This is an intriguing and at times painfully real story of the world of boys in a contemporary American high school that should be owned by every high school library. The boys in the novel work to meet the expectations of their parents, their school, their peers and themselves, and they quickly find themselves in far over their heads. One day, the head of the "popular boy" group at school decides to turn Simon Glass, the quintessential pocket protector nerd, into "class favorite," meanwhile dethroning the ever-popular captain of the football team. His friends go along with the ruse, teaching Simon about the ins and outs of high school stardom and showmanship. Soon, however, the boys find that Simon is savvier than he first appeared, and they are in far deeper than they'd ever imagined. This is a captivating story of privilege, belonging and rank in high school, and should be well received by both girls and boys in high school. The author uses the interesting device of including quotes at the beginning of each chapter that foreshadow events at the end. This technique will capture the interest of even the most reluctant reader, because the clues definitely build the suspense and predict the final tragedy. KLIATT Codes: JS*; Exceptional book, recommended for junior and senior high school students. 2002, Simon & Schuster, 215p.,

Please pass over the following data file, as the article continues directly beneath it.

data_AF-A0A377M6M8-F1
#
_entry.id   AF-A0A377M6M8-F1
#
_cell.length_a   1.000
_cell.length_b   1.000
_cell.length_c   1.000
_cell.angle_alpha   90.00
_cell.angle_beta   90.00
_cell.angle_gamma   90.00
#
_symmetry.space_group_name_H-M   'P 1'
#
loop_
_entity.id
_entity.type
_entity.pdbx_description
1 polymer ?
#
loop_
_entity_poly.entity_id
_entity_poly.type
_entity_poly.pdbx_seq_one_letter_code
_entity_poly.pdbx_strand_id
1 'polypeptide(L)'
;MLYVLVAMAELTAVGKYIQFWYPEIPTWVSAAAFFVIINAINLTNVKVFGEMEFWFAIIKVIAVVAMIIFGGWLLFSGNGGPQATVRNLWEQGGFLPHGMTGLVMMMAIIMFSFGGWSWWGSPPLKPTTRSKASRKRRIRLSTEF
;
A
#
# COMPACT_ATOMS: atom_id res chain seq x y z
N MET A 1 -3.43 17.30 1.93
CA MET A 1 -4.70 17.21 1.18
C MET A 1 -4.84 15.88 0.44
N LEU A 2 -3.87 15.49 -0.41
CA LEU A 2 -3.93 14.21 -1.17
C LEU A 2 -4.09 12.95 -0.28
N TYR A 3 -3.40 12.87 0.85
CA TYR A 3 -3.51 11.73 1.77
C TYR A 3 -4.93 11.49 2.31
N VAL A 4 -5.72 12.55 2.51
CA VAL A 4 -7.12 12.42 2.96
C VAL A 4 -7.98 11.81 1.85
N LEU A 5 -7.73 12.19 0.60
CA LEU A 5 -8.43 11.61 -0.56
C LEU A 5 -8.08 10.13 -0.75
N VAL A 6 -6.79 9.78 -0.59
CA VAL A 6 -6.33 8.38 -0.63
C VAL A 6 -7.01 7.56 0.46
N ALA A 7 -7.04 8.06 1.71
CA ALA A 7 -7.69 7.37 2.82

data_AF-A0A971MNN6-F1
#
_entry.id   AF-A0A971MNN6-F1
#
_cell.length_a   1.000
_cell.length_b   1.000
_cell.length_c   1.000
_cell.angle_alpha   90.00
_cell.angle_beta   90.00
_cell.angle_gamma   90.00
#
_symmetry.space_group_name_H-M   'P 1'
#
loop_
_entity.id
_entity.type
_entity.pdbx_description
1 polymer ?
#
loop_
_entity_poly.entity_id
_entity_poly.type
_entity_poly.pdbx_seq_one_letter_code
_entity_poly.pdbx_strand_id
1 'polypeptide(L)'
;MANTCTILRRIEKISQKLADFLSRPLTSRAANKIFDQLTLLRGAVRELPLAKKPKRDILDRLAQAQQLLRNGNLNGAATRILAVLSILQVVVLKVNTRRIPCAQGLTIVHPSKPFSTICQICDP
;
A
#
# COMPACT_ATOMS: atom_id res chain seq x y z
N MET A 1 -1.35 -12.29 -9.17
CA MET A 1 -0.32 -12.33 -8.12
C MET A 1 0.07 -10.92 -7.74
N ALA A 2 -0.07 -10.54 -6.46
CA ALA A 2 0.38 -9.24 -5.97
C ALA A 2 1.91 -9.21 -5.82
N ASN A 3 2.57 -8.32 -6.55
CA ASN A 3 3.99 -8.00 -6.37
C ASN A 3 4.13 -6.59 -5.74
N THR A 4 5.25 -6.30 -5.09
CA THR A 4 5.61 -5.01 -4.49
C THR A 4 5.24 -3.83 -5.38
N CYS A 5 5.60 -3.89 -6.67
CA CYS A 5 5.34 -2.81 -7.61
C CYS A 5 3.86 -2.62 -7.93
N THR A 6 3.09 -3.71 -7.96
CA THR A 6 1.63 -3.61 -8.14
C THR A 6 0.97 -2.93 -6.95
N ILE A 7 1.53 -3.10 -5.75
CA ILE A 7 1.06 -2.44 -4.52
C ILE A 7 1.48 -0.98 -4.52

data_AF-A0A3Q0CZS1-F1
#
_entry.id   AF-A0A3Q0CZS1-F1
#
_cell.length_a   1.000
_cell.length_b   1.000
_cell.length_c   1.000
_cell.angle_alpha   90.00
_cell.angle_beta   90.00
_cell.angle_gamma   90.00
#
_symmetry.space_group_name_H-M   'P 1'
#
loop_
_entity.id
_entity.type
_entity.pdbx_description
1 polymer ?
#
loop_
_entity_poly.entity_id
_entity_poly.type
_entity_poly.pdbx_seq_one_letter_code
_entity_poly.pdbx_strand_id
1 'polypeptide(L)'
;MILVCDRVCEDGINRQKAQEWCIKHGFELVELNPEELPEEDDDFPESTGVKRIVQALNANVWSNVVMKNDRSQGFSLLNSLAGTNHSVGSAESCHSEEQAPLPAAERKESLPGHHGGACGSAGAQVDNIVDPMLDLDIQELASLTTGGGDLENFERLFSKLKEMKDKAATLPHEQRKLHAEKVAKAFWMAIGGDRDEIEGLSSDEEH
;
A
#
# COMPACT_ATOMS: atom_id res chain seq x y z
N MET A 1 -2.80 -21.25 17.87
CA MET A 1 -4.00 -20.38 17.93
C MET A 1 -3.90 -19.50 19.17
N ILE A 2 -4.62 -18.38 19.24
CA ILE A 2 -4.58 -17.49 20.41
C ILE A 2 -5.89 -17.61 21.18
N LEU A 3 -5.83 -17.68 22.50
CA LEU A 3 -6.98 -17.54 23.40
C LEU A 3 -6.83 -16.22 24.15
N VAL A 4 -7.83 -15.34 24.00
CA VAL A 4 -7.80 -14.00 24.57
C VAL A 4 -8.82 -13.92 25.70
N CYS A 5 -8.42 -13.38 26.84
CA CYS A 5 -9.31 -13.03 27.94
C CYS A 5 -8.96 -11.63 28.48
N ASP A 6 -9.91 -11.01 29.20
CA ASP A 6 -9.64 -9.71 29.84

— Sarah Applegate
VOYA
By the end of the first paragraph, readers know that Simon Glass was easy to hate and that eventually he was killed. It takes the rest of the book to find out who killed him and why. Told in the different voices of students, teachers, counselors, and law-enforcement officers, the story unfolds little by little until the explosive climax. The reader soon realizes that the narrator of the story, Young, was one of Simon's classmates and is in prison for killing him, but it does not seem possible given the manner in which Young's character is portrayed. It soon becomes clear that Rob, Young's friend and unofficial group leader, is a master manipulator, pulling the strings of all the characters, influencing their actions to fulfill his master plan. In the early pages of the book, the language used by the students, the way they talk to and refer to each other might not seem authentic. After that initial reaction, though, as the suspense begins to build, readers will find it hard to put down the book. Robert Cormier's recent The Rag and Bone Shop (Delacorte Press, 2001/VOYA October 2001) explores the question of how a person can be influenced to do something that they ordinarily would not do. Although the plots of the two books are dissimilar, Giles's novel is also a chilling portrayal of manipulation leading to tragic consequences. Teens in upper middle school and high school will relate to the characters and, sadly, to some of the events in this book. PLB
— Linda Roberts
From The Critics